If ever a game justifies the cliché of football being a game of two halves, this was it.
For forty-five minutes Brentford pummelled the visitors, with only inadequate finishing and the brilliance of keeper David de Gea preventing them reaching the interval a goal or two ahead. In the second half, United pulled themselves together, went in front and scored two further goals before the Bees resumed where they had left off earlier and snatched a goal of their own – a consolation score as it is known, although there was little evidence of them being consoled.
Let’s concentrate on that first half display for a moment. Here was Brentford at their scintillating best, dominating what was a cracking game right up to the moments when they came close, but not close enough, to scoring.
Jonas Lössl, preferred in goal to the hapless Alvaro Fernández, was largely a spectator as United weaved pretty patterns of passing without taxing him unduly. At the other end, chances came and went. Mathias Jensen, hardly an accomplished sharpshooter at the best of times, tested de Gea so much that he cleared the ball only with an extended foot. Christian Nørgaard fired an effort too high. Three Brentford corners won in quick succession had the visitors reeling.
This was an unexpected turn of events for United, a team worth billions if you include those on the bench, being spanked by West London’s Premier League newcomers valued at, say, less than fifty million. Surely there will be Premier League spendthrifts getting in line when the transfer windows come around.
The United front-runners stuttered like a cheap firework, with Cristiano Ronaldo so rarely in evidence that the juveniles in the crowd delighting in booing him whenever he touched the ball soon stopped, presumably on the grounds of boredom.
But the second of the two halves arrived with a different complexion. There was barely time for Ivan Toney to head against the United crossbar and Jensen to attempt a long-range lob that didn’t trouble de Gea and a soft shot into the keeper’s arms that might have been described as being served up on a plate had a plate been handy, before United took control.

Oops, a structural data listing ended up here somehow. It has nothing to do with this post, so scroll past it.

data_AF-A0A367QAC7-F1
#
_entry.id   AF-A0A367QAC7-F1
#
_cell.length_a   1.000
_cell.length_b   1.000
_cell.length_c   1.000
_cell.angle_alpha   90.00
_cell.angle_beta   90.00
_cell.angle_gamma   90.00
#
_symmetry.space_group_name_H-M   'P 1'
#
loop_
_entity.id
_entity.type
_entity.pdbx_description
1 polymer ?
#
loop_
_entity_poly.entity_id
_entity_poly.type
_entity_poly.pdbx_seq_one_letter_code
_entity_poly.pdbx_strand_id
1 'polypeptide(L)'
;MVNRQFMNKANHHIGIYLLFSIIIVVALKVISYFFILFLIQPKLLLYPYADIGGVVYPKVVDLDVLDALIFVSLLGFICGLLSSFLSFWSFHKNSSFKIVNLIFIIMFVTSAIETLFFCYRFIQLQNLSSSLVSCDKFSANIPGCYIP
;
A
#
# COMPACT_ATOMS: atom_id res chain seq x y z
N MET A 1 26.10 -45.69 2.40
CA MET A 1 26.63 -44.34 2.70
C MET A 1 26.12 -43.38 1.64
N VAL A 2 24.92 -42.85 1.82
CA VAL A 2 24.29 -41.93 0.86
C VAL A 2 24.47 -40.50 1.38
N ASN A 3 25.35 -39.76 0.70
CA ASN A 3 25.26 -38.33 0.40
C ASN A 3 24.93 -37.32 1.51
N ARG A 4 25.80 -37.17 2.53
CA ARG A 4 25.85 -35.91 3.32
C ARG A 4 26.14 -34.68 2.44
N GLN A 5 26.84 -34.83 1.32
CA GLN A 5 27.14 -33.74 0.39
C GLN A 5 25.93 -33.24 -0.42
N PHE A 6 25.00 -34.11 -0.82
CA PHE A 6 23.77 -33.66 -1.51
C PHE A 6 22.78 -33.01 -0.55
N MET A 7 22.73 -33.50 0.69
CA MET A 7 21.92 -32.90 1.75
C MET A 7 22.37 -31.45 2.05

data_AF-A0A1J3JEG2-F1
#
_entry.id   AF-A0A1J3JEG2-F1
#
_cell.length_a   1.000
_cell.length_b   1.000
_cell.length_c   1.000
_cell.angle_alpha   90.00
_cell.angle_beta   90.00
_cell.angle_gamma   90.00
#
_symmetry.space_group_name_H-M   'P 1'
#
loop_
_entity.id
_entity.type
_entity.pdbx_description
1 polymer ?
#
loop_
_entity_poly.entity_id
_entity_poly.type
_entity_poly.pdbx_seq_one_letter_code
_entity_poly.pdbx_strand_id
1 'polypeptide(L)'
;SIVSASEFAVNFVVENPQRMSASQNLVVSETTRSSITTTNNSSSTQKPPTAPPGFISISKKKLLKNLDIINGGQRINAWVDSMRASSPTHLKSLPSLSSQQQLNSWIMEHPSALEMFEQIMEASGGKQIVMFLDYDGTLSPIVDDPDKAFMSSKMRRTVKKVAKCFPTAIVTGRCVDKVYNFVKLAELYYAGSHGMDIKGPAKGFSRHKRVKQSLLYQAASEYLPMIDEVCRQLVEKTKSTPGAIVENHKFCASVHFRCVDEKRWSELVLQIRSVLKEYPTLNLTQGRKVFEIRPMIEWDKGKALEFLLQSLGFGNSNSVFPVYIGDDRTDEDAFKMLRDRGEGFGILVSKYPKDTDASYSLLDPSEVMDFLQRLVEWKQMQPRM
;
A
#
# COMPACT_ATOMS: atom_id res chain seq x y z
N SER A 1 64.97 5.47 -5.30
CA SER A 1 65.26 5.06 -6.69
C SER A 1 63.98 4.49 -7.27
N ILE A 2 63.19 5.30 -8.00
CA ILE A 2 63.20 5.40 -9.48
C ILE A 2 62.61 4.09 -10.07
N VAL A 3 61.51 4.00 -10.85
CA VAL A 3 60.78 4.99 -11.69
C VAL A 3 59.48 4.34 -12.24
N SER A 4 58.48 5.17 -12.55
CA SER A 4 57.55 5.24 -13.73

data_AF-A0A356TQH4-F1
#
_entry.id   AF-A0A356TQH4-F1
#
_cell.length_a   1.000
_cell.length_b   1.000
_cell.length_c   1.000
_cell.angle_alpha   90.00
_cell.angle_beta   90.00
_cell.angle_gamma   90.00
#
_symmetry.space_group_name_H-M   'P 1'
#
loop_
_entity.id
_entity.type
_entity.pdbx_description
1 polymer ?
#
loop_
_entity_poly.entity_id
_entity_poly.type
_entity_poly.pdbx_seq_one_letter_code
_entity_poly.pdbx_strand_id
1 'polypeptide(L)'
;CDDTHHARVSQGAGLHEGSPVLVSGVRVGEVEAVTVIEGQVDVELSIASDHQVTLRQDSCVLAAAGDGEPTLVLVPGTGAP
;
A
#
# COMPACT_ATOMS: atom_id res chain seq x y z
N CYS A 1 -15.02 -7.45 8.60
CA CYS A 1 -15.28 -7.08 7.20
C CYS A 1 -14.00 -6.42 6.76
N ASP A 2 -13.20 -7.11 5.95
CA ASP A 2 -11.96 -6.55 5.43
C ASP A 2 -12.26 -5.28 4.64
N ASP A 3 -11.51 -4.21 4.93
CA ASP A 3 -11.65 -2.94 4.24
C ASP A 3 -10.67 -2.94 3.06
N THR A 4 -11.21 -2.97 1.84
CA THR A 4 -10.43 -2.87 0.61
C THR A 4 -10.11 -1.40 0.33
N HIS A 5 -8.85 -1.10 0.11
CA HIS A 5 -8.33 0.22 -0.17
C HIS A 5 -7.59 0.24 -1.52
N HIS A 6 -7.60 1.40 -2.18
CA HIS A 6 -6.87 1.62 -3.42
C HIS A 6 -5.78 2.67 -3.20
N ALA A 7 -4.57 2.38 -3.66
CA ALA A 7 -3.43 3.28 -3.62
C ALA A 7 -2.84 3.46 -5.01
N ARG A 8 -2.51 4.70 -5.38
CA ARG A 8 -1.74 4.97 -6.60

First Fred pierced the home defence with an immaculate pass that enabled Anthony Elanga to head past Lössl; then Ronaldo chested the ball forward to Bruno Fernandes whose run and cross set up Mason Greenwood to add a second.
With a two-goal cushion, United slowed their involvement to a funereal pace, blatantly so when Diago Dalot paused to re-tie a bootlace slowly while Mads Sorensen waited by the nearby touchline to take a throw-in. The crowd hooted and interim manager – now, surely there’s a first! – Ralf Rangnick made substitutions that included the bad-tempered departure from the field of Ronaldo.
But United hadn’t finished yet and it was the industrious Fernandes who supplied the cross for the recent arrival from the bench Marcus Radford to make ground before rendering Lössl’s dive redundant.
Dispirited but not despairing, Brentford retaliated by swarming forward to find something to write home about, if only to their mums. Jensen made way for Yoane Wissa, who immediately became an irritant to the United defence, and Shandon Baptiste, having earlier replaced Vitaly Janelt, fizzed creatively.
The excellent Bryan Mbeumo continued to harass the defence and Toney snatched a goal from close in – nice to see him on the scoresheet again – with just five minutes to play; too little, too late and less than Brentford deserved, but at least establishing something for the home fans later to reminisce about while bemoaning the injustice of it all.
‘United are unbelievably lucky,’ observed a frustrated Thomas Frank at the close.
Funny game, football, I mused to my mate Charlie.
’I’m not laughing,’ said Charlie.
Brentford: Lössl; Pinnock, Jansson, Sorensen; Roerslev, Jensen (substitute Wissa), Norgaard, Janelt (sub Baptiste), Canós (sub Henry). Mbeumo, Toney.
Manchester United: de Gea; Dalot, Lindelöf; Varane, Telles; Fred, McTominay (sub Matic); Greenwood (sub Rashford), Fernandes, Elanga; Cristiano Ronaldo (sub Maguire).
This report appeared first on the Chiswick Calendar website.